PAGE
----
Don’t go there…

I think everyone is familiar with this concept:

I can bag on my mom and you can bag on your mom. But under no circumstances can YOU bag on MY mom.

Lately I’m feeling that way about the U.S. and its international relations. I’m not super thrilled about everything they do, but I understand where the decisions are coming from (mostly), because I get who the players are and what motivates them. But when people from elsewhere spout off about how stupid and wrong the actions of the U.S. government are, I get very uncomfortable. I occasionally have to suppress the urge to shout, “Why don’t you stop talking out of your ass?” And if you’ve met me in person, you know just how out of character that is.

As TQE says, I’m an expatriate, not an ex-patriot. Anyone else experience patriotism flare-ups?

16 thoughts on “Don’t go there…”

  1. Frau Dietz

    I think I’m the only one Brit-bashing round here at the moment; the Germans are all too busy worrying about what’s going down on this side of the Channel to worry about the mess my homeland’s in ;) However I do get thoroughly wound up when people start talking about British food being bad. Thoroughly wound up. In fact, I can feel my blood pressure rising just mentioning it now.

    1. Sarah

      People still talk smack about British food? I’m assuming these are people that haven’t been in Great Britain for at least 30 years. Because I eat like a lunatic when we’re in the U.K.

      1. CN Heidelberg

        Agree…one of the biggest things I look forward to if I’m going to the UK is British desserts…heaven!!

        I get super defensive about the US when people start knocking some that I think the US actually IS better at. I get a little insecure on behalf of my country because I know we really are worse at a lot of things – vacation time, health care coverage, etc. But we DO get some things right – college life and university professor quality come to mind at the moemnt – and if non-US people start knocking on those things…then I really get riled up.

      2. Frau Dietz

        Yes. Yes they do. But thank you, you have calmed me :)

  2. shoegirl

    I’m having a hard time watching everything that’s been going down in the states in the last couple years since we left, so it’s hard to imagine who wouldn’t bag on the US. At the same time, once you spend time somewhere, you do start to understand more of what’s behind the headlines, both over here and in the US. Perhaps I’m still so enthralled with the shiny-newness of my German life, I almost feel more defensive about that (if I could tell you how many asinine Hitler or Nazi comments came from people back in the states…sheesh). It’s all about perspective.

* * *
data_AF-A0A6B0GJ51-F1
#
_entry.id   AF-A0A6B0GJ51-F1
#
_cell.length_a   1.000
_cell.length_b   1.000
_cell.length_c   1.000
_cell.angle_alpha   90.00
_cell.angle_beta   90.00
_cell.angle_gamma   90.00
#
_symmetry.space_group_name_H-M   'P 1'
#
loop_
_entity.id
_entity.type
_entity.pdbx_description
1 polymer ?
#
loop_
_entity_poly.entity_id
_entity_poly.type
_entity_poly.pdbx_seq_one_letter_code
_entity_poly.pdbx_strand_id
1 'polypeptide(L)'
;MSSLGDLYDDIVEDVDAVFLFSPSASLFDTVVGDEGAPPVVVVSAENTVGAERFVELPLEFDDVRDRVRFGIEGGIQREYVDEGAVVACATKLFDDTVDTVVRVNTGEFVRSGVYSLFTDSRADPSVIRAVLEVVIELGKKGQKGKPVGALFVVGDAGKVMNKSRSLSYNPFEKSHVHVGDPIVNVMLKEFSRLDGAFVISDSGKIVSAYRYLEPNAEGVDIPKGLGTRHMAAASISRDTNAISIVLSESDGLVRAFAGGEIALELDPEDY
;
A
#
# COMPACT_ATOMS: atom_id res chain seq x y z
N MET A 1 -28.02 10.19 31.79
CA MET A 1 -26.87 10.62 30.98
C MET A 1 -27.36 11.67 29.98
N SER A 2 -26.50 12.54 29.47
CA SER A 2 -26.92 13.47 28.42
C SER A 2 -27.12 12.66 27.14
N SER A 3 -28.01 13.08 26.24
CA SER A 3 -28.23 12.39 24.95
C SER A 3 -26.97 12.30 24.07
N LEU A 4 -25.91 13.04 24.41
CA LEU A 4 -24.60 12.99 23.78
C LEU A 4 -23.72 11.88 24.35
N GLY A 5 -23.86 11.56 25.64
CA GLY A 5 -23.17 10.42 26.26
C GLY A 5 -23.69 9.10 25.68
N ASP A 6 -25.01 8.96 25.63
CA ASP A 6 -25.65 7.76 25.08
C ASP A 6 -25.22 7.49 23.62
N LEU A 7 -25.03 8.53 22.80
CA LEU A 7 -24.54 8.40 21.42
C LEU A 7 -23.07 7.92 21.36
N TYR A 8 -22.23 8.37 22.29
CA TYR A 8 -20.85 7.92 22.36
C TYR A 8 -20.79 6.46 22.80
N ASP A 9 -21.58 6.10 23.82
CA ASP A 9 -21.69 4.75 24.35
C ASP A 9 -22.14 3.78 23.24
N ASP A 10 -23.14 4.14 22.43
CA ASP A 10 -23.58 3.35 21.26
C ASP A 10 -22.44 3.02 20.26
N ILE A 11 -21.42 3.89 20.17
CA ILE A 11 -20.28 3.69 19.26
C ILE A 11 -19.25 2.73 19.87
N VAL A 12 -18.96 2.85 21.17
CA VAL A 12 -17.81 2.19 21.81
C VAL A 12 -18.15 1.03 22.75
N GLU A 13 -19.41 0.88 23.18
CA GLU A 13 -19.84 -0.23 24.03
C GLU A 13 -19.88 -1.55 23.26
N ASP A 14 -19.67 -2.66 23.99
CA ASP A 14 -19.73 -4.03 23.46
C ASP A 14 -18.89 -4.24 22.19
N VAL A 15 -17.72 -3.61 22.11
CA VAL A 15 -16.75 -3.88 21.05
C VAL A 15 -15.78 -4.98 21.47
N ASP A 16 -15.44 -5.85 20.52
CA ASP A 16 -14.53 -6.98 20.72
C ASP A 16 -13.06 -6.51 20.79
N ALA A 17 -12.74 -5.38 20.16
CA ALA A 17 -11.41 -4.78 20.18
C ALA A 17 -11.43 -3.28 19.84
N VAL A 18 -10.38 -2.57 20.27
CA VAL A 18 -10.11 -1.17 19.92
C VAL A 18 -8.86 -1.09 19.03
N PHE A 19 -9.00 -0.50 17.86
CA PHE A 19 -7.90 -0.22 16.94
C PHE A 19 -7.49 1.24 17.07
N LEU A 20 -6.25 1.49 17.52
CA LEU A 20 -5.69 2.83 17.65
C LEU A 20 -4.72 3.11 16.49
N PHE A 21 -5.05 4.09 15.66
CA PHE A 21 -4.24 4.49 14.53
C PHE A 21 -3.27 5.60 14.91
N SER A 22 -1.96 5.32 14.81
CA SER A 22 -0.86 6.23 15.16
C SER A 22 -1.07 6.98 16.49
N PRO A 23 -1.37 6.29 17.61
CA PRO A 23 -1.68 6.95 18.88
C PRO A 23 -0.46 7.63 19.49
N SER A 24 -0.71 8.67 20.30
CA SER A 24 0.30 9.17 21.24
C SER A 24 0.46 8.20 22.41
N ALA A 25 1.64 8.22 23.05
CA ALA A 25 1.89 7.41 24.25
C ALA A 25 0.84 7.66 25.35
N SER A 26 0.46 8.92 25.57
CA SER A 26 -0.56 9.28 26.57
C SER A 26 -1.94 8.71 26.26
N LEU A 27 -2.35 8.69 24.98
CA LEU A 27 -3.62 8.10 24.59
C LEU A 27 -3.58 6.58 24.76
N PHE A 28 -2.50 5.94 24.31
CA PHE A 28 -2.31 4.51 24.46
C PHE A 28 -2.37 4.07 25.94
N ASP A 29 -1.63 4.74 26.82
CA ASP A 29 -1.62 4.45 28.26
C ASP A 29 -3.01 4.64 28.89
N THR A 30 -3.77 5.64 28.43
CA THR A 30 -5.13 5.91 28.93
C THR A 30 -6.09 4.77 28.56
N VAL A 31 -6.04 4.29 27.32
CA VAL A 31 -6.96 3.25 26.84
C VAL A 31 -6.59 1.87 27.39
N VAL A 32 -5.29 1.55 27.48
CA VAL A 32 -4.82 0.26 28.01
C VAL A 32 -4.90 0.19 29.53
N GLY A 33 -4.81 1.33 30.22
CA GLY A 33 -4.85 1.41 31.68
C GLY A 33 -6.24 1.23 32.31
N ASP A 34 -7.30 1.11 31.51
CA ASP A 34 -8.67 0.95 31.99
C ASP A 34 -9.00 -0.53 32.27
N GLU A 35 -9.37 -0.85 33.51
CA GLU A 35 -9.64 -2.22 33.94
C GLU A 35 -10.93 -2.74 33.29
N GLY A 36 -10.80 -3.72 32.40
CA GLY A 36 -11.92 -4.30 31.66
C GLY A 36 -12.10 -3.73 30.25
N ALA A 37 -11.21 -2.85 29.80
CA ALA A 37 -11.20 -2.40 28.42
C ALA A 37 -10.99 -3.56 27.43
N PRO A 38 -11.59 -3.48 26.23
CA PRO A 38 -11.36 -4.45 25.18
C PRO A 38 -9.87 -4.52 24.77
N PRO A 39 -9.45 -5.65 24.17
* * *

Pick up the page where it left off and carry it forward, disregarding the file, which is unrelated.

1. Sarah

      It is hard (occasionally even mortifying) to see what passes for rational discourse and action from the U.S. lately. But I get to bust on it because, as an American, I understand the culture and our political landscape. I just hear and read people from other places griping about how stupid ‘the Americans’ are and it makes me livid. It is behavior as ignorant and ill-considered as what they’re condemning.

      P.S. This isn’t about Germans, specifically.

  3. Mandi

    I totally hear you. While I’ll be the first to criticize the U.S. for a lot of reasons, I get pretty testy when uninformed people start talking smack — especially if those individuals have spent absolutely no time whatsoever in the U.S. and whose opinions are solely based on what’s fed to them in the media.

    1. Sarah

      I’m glad you’re picking up what I’m putting down. I was feeling a little lonely out here with my righteous head of steam.


  4. G

    I talk smack all the time about the US because I actually know what I am talking about. I can talk smack about my country, which I love and support and attempt to help become better.
    The smack I hear from Europeans is, mostly, completely ill-informed and makes me think less of their ability to actually do research. You would be amazed at how many Germans think the US is the size of Germany and as homogenous.